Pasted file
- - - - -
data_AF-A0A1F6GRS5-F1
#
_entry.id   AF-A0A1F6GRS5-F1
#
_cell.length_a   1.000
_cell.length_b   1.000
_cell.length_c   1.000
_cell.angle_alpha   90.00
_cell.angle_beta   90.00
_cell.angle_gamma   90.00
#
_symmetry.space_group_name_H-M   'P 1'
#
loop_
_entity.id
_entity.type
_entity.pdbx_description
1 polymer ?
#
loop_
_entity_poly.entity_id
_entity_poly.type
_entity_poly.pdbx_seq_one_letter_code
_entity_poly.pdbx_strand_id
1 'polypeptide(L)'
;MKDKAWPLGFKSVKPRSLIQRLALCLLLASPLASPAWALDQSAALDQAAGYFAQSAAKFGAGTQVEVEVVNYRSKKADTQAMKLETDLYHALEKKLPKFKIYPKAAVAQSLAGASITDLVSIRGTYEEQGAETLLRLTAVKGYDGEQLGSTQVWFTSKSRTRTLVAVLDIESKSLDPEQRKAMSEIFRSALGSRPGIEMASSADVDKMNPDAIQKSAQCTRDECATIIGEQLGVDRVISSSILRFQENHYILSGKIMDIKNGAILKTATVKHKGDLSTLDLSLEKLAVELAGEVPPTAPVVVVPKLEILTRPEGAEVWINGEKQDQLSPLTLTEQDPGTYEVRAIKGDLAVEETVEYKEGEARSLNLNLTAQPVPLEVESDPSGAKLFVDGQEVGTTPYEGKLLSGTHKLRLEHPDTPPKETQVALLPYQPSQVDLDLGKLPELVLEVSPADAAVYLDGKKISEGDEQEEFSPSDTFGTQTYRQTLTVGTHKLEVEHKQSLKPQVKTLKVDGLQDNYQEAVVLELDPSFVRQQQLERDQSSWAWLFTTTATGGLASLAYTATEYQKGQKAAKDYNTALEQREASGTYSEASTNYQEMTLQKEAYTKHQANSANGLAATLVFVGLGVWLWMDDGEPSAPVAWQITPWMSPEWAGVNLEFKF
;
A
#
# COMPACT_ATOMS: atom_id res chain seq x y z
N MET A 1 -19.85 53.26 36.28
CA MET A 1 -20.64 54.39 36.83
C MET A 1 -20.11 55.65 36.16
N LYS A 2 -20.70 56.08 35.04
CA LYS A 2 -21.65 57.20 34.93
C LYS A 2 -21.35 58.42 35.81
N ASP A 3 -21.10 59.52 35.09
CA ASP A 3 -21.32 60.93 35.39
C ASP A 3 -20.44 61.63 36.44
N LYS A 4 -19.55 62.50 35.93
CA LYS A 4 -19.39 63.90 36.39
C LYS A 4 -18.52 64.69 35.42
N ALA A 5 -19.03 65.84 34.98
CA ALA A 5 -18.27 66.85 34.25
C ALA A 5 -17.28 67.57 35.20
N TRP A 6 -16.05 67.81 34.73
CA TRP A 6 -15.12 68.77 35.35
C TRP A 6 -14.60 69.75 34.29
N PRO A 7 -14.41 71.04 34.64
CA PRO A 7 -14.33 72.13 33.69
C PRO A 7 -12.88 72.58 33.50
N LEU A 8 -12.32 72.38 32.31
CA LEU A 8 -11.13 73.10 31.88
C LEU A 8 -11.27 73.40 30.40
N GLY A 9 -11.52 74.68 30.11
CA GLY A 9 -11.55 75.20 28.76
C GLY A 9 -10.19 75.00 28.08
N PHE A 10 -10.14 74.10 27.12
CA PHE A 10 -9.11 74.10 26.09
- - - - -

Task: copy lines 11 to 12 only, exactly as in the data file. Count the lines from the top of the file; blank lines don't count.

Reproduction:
#
_symmetry.space_group_name_H-M   'P 1'